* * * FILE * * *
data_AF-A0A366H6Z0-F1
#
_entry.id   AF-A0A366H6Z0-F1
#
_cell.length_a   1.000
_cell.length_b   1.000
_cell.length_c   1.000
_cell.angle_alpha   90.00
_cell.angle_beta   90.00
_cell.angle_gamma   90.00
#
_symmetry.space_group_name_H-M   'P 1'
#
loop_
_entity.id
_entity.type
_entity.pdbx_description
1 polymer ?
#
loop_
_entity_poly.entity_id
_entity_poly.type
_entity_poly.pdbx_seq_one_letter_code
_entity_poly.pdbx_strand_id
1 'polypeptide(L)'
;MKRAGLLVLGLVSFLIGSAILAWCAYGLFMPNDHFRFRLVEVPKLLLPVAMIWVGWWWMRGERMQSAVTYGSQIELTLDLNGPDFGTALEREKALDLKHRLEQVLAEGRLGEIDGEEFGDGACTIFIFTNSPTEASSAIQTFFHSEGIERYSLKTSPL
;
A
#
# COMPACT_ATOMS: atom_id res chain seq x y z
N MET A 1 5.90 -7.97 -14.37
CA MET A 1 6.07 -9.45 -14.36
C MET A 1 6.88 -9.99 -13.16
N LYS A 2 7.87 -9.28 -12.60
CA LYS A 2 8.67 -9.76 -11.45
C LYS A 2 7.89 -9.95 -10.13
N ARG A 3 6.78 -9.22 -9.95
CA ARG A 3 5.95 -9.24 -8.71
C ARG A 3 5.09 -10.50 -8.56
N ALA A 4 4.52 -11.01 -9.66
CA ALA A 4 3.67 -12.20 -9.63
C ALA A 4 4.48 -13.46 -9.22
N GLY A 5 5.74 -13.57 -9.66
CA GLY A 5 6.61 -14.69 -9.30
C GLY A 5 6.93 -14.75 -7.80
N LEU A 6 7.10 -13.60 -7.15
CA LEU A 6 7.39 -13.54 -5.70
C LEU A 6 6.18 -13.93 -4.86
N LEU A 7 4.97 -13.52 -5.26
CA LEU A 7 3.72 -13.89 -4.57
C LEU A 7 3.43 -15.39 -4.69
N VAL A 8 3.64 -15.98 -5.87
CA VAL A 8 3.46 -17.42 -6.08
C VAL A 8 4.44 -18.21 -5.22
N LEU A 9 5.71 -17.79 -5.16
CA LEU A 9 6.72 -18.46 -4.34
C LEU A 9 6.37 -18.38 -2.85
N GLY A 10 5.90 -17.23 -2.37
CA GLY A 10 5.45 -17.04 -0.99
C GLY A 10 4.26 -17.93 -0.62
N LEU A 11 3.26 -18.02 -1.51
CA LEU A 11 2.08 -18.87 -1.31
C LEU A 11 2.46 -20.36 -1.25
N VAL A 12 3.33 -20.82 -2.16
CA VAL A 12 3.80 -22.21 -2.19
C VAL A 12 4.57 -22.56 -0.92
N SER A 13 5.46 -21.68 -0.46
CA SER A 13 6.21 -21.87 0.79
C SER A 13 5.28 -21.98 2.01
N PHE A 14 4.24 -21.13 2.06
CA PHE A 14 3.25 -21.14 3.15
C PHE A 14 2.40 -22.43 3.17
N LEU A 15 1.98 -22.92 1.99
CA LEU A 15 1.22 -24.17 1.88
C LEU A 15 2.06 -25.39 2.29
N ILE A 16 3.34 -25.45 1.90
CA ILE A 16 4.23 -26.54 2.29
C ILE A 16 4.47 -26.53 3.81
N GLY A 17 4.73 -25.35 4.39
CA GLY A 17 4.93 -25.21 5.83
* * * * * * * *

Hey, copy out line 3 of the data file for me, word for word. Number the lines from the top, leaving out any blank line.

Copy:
_entry.id   AF-A0A366H6Z0-F1